June 28, 2017

LGBTQ, Jews, and Israel? It's complicated.

Many in the Jewish community seem dazed by the recent incident in Chicago, where marchers with a Magen David-emblazoned rainbow flag were ejected from this year's Dyke March. Though this exclusion seems unambiguously offensive and hypocritical, I believe there are many sides to what happened. Here are a few of my own thoughts:

1. The organizers seem to have taken their own decision, so this need not reflect a consensus within the Chicago LGBTQ community.

2. But in Chicago, of all places... REALLY??

3. We should not assume that everyone demanding acceptance is equally committed to accepting of others. Nor should we assume that everyone with an inherent LGBTQ identity is automatically "progressive", that "progressive" carries the same meaning for everyone, or that Israel and its advocates naturally deserve a place at the progressive table.

4. The Magen David (Star of David) was consciously adopted as the symbol of Israel, a sovereign state with policies and enemies. Attacking that symbol does not necessarily reflect anti-Semitic intent. Within the Jewish community, there is now a flare-up of tensions regarding access to the Western Wall and the underpinnings of the relationship between Jewishness and the State of Israel; with no hint of irony, Chicago's own Jewish Federation -- which has long condemned boycotts against Israel -- is now boycotting any Knesset Member who voted for new restrictions on conversions to Judaism.

5. Israel does engage in a bit of 'pinkwashing' hasbara, as though being the most LGBTQ-friendly Mideast nation outweighs anything it does vis-à-vis Palestinians. Seeing Jews march with a Magen David on their rainbow flag may have engendered some resentment in this regard.

6. Jared and Ivanka, and even President Trump, have been trading on their LGBTQ hip, while the Administration and the GOP shamelessly target that community's equal rights. Many in Israel and in the Orthodox community are disproportionately and publicly supportive of POTUS and his exclusionary, divisive agenda. We may start seeing more reactions targeting Jews and Jewish symbols in misguided retaliation for this perceived complicity. I doubt our organizations or leadership have dared to analyze or prepare much for such potential manifestations.

7. Chicago has a very active and visible Jewish community and a Mayor with well-known personal and family ties to Israel. Somehow, I am not overly worried, especially in light of the widespread coverage and condemnation of the incident.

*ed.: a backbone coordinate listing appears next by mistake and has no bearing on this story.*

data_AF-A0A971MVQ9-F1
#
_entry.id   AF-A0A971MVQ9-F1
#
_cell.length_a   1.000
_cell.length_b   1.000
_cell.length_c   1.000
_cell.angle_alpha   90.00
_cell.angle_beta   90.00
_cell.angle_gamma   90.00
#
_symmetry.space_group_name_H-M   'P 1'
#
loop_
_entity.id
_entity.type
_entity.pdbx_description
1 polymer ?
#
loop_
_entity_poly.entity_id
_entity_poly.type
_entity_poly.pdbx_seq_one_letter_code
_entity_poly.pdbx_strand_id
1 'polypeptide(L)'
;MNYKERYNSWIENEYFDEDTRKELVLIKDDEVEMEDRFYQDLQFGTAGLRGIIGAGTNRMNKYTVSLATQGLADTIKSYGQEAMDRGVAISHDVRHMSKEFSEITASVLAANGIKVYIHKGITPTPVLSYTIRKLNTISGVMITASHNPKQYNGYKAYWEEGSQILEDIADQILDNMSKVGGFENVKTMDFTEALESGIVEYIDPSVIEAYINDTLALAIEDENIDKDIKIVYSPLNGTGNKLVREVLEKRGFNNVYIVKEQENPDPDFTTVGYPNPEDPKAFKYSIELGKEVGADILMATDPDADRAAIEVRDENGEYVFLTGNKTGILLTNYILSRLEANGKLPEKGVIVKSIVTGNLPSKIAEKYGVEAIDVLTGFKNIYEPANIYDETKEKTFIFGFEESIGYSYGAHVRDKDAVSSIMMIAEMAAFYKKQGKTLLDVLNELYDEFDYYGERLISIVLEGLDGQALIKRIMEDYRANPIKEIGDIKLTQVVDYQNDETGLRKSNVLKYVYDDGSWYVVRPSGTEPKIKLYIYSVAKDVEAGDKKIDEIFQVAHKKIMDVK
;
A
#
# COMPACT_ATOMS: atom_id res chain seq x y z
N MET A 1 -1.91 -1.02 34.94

June 25, 2017

Do US Jews value pluralism over justice?

I am outraged by Israel's long years of bait-and-switch with Judaism's non-Orthodox denominations, most of whom fervently support and advocate for the Jewish state, culminating in the latest decision to abandon even a compromise of their basic religious rights. This last straw in a long-running scam to exclude and demonize non-Orthodox Jews should rattle us all to our core.

Equally striking, however, is the general contrast between our community's instant and very public outrage over this spiritual and emotional offense, which targets mostly absentee co-religionists who otherwise enjoy freedom of travel and self-expression vs. the daily and hourly humiliation and subjugation of 2+ million Palestinians -- whose plight, regardless of who is at fault, is at least somewhat and significantly in the hands of the same Israeli government which has now again inconvenienced and insulted Conservative, Reform and Reconstructionist Jews. 

Unless as a throwaway line with which to blame "the Arabs" and excuse Israel, even mentioning the Palestinians' situation commonly engenders charges of anti-Semitism and perfidy hurled reflexively by Federation leaders, pulpit rabbis, radio hosts, and blog idols of the official pro-Israel line. Speakers are disinvited, academic tenures are threatened. 

The American Jewish Diaspora won't dare notice -- and actively distracts from the reality -- that Palestinians are routinely and daily denied basic human dignity, rights and services, except to blame and denigrate the Palestinians themselves. Yet, for over three decades, to have one integral but single right -- the right to non-Orthodox observance, including "Who is a Jew" -- denied them in the land of our forefathers is an existential crisis demanding urgent moral umbrage.

In most cases, the same American Jewish establishment which once again warns vocally and righteously of the specter of an alienated American Jewry still thinks little of the Palestinians who live within sight of the Western Wall. As a community, we staunchly defend the Israeli Government's actions with regard to the basic rights of Palestinians, then we turn around and expect that same government to show remorse for how it allows us to pray and validate conversions. 

If this is the Light Unto the Nations, then which nations do we mean? And if we cannot even bear to hear the prayers and grievances of those under our immediate or indirect control, then how can we expect God to hear our own entreaties at the site of his Holy Temple?